Do You Write For Everyone?
Some people like it short and sweet, others like the winding road of good writing.
Solution: Write enough information to please everyone, and utilize headings and an opening summary to please your most-hurried readers and make it simple to consume your information quickly.
When it comes to delivering information, written or otherwise, there’s a fine line between too much and too little. Few people master the art and like many others I struggle with it myself. I tend to be too wordy when writing and too short when verbally explaining things, and I’ve never figured out why. That’s not a lead-in, I really haven’t.
As Sheriff I would have lots of citizens coming to me with a problem, deputies wanting to discuss a report or wanting to update me on something, and being pulled from every direction (phones ringing, deadlines, committees, County Commissioners, etc…) I’d tell them to just give me the summary version. I couldn’t possibly process everything effectively unless it was condensed; otherwise I’d have to neglect one thing for the other.
The Secret Recipe – How Do You Like It?
What does this have to do with you and I? Everything. I’ve come to realize that in general there are two types of people when it comes to processing information, and you don’t want to alienate or lose either as a reader. Some people want lots of details and love to read (and have the time and processing ability), while others only want the summary version (maybe they have a limited attention span or very little time). The point… think about what’s being said AND how it’s being received. Too often we’re only thinking about what we want to say without thinking about the needs of the reader. They “want” your information or they wouldn’t be on your page.
Write for everyone using good headings that stand out.
I’ve already admitted that this is a weakness of mine, even if I recognize the importance of it. I have to work at being more clear and concise by using an outline… I’ve always hated outlines and despite expert advice to the contrary I’ve seldom used them. But it does, truly, help create a more crafted article that is likely a better read. We’ve all been to sites where it became painful to read anymore, and then there are those geniuses who have some sort of natural-born ability to lay it out perfectly.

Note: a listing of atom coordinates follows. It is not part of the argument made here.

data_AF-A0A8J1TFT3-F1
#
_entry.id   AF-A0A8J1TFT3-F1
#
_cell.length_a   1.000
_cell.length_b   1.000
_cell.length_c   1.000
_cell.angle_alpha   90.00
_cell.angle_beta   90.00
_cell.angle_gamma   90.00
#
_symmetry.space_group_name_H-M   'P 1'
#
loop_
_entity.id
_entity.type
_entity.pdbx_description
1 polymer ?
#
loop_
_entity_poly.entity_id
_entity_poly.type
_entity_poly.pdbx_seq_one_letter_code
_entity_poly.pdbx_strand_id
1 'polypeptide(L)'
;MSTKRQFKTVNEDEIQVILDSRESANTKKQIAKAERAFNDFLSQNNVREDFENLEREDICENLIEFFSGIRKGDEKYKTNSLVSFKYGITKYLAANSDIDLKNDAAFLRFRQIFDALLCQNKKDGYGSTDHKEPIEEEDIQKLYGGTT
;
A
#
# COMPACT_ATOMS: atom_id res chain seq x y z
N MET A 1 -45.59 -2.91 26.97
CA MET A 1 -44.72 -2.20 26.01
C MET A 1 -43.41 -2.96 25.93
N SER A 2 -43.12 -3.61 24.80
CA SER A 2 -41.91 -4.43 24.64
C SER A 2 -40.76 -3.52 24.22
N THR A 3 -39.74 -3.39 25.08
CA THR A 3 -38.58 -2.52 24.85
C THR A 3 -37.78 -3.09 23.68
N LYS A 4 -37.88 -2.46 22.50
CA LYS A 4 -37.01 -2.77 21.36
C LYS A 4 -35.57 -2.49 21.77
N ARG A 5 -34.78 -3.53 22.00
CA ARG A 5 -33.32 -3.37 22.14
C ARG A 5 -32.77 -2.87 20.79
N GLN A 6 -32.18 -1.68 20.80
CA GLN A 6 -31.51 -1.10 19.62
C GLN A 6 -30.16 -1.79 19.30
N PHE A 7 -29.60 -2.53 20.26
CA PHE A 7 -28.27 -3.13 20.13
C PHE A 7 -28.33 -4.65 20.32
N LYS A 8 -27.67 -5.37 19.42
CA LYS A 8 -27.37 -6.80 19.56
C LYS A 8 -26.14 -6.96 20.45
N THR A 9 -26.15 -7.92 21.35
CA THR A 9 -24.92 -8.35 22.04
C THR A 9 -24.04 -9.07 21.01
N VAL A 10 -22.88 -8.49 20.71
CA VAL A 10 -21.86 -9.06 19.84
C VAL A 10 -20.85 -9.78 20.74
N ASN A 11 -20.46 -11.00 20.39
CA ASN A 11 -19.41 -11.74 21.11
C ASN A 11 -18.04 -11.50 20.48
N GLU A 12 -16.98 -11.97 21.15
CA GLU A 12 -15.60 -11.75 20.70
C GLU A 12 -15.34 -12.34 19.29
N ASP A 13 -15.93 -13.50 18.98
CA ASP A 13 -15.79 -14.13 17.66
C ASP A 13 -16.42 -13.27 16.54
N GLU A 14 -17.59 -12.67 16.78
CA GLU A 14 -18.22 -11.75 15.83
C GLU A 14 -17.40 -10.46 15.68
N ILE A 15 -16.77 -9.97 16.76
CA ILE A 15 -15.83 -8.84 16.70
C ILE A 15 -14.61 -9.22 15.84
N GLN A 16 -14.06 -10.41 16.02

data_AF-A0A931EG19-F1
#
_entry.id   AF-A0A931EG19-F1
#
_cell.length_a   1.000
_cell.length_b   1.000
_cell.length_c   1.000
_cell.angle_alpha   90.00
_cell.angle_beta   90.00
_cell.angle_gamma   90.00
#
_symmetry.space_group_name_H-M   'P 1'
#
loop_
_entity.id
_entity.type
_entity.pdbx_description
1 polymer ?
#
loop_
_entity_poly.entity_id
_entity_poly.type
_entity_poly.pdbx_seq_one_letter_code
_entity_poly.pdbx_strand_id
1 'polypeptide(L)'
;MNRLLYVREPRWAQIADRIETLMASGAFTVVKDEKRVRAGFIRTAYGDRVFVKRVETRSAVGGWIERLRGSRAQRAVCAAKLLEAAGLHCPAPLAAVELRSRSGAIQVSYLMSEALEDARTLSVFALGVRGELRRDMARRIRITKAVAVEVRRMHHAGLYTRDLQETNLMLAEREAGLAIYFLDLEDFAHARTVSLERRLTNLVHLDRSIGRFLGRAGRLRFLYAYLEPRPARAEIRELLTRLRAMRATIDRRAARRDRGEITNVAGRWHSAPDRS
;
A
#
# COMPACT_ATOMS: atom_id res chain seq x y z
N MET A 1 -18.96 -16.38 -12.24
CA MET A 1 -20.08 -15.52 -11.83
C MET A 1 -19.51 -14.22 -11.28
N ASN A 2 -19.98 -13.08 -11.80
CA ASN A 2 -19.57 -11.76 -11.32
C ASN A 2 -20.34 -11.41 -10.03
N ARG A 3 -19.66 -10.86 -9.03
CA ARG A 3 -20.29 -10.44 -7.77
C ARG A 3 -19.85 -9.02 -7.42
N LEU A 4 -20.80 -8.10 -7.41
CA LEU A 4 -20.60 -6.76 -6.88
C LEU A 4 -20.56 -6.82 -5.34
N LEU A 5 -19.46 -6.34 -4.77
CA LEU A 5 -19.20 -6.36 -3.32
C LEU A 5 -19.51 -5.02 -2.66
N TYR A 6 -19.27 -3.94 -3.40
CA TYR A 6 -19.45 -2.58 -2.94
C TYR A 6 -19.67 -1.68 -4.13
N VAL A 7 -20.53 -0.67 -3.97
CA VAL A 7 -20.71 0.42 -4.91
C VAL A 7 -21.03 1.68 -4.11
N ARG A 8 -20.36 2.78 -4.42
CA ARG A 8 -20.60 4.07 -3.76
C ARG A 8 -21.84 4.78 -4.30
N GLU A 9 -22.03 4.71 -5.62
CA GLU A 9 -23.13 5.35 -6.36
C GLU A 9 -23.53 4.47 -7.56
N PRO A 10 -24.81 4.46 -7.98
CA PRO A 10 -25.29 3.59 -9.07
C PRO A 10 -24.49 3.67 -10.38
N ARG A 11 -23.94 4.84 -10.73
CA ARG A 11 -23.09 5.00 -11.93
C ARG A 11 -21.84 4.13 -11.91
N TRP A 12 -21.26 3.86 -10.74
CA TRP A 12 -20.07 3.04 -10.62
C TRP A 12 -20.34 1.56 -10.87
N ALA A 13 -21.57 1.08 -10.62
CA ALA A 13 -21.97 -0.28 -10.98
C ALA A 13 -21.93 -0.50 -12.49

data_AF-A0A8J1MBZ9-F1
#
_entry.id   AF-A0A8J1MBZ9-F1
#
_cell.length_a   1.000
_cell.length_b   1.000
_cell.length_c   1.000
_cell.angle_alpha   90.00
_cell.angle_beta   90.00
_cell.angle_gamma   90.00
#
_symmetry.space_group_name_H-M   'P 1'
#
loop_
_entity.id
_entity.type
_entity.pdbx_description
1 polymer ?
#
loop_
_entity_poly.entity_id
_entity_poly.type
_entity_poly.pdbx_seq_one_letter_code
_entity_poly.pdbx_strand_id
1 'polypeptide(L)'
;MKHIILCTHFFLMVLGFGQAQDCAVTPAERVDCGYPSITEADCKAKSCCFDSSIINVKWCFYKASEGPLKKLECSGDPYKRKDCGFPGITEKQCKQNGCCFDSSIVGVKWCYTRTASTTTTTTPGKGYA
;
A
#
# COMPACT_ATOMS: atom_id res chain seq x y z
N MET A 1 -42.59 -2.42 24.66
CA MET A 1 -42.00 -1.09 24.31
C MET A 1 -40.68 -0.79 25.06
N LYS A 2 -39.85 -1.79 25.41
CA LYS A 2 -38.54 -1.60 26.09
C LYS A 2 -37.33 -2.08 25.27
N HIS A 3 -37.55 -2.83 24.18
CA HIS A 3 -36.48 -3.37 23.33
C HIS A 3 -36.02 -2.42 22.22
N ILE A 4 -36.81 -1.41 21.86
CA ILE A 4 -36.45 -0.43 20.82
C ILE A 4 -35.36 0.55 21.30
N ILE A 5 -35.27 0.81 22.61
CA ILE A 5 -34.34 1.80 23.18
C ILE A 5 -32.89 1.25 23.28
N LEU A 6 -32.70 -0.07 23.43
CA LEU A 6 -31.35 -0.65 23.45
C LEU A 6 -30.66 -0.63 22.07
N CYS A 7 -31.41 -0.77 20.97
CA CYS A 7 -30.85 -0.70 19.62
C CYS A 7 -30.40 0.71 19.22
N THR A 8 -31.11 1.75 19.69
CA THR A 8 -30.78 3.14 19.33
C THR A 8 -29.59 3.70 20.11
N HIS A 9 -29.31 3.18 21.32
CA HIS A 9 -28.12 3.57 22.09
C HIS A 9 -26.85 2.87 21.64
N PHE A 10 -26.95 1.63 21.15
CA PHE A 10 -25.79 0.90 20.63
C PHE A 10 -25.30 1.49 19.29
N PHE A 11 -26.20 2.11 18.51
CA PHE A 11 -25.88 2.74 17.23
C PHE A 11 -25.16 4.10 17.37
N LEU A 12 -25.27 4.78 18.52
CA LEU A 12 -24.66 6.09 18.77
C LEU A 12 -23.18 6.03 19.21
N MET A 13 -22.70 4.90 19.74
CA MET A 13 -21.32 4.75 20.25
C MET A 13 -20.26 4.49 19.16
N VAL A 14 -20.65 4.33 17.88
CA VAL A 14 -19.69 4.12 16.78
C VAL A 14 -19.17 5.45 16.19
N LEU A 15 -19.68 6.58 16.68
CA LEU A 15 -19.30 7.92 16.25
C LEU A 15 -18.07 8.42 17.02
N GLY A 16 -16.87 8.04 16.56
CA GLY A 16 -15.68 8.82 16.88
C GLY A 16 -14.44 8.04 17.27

Take Pat Flynn over at SmartPassiveIncome.com for example. I’ve loved reading his blog because he has a way with words that solves the problem I’m talking about here. Whether he does it knowingly or is just blessed I can’t say, but take his post on the state of backlinks for example. It’s an older post so keep that in mind when dissecting the relevance now. The point is how well he lays out the post. He states the problem or question, then uses great headlines to make it easy for someone to skim through it and get the meat of his message.
If you’re making points then highlight them with bullet points.
Highlighting important nuggets with bullet points or call-outs further aids your rabid readers. But to further add to the importance of bullets, they help everyone else remember the important stuff, too.
When people land on a story, they very rarely make it all the way down the page. A lot of people don’t even make it halfway. Even more dispiriting is the relationship between scrolling and sharing. Schwartz’s data suggest that lots of people are tweeting out links to articles they haven’t fully read. If you see someone recommending a story online, you shouldn’t assume that he has read the thing he’s sharing. – Slate.com
That quote is from a great article by Farhad Manjoo at Slate that starts out like this: “I’m going to keep this brief, because you’re not going to stick around for long. I’ve already lost a bunch of you. For every 161 people who landed on this page, about 61 of you—38 percent—are already gone.” This is another great tactic… no one wants to be a quitter. 🙂
Feed the important stuff, make it easy to consume.
- Answer the question or problem in the opening summary.
- Treat highlights like breadcrumbs so “scrollers” have a reason to stop and engage.
- Compelling images can extend a waning attention span.
- Obvious questions like “How do you like it” give a subconscious pause that might keep their interest longer.
- Personal connections tend to get more engagement. Talk about yourself and relate to them. How often do people walk away while you’re talking to “them”?
In the end it comes down to doing our best to connect with our readers. We may fall short but I’m betting they’ll notice the effort. Have you made a strategic effort (SEO aside) to write on purpose in order to better connect with your readers? I’d love to hear your tips and techniques to write better. For me, my goal is to write better today than I did yesterday.